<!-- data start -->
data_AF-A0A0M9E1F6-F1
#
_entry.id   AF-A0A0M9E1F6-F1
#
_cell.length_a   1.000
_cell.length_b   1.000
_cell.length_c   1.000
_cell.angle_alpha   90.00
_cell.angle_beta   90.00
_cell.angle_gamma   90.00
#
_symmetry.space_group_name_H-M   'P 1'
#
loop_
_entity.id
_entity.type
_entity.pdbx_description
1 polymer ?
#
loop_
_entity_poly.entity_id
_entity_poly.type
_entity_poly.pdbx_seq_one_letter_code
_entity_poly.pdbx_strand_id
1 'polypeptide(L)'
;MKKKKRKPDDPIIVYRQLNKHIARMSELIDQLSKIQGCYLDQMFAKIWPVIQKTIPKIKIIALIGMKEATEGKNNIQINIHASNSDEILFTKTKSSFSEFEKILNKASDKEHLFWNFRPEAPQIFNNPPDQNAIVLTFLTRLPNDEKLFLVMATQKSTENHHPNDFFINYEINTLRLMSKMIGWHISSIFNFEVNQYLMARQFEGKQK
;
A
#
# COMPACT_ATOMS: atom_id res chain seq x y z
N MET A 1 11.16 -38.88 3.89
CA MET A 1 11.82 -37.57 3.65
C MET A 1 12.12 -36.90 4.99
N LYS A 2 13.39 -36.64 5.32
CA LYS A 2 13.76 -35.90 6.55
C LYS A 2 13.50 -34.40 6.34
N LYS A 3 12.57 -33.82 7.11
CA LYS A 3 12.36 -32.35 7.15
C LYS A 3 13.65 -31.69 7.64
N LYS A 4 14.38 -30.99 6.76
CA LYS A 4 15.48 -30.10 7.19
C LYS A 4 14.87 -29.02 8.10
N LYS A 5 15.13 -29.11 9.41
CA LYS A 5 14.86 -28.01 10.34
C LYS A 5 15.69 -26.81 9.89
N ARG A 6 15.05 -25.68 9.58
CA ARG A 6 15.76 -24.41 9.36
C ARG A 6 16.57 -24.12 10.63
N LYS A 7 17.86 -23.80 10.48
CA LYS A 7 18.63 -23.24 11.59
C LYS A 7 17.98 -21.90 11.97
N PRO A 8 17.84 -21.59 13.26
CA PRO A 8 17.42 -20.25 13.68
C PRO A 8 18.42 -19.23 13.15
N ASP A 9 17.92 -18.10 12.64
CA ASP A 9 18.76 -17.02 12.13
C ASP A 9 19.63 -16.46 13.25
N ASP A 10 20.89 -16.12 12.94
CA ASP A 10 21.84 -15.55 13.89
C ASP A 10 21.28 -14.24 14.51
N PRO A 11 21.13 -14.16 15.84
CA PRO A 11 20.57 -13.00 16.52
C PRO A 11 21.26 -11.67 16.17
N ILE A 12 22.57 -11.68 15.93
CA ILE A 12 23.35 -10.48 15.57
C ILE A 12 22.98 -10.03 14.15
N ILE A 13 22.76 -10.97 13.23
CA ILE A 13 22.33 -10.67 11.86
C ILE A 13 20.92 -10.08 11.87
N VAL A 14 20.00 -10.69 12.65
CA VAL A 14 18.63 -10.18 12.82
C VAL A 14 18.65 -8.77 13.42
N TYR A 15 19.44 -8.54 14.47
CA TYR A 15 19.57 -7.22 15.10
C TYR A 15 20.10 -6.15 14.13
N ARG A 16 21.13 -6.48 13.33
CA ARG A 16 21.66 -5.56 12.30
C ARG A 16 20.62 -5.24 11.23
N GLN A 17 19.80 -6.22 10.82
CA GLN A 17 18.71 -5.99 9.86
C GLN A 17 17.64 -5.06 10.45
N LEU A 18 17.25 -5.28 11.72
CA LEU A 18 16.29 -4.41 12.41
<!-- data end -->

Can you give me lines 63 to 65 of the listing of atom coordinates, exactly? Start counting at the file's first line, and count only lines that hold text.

C PRO A 11 21.26 -11.67 16.17
N ILE A 12 22.57 -11.68 15.93
CA ILE A 12 23.35 -10.48 15.57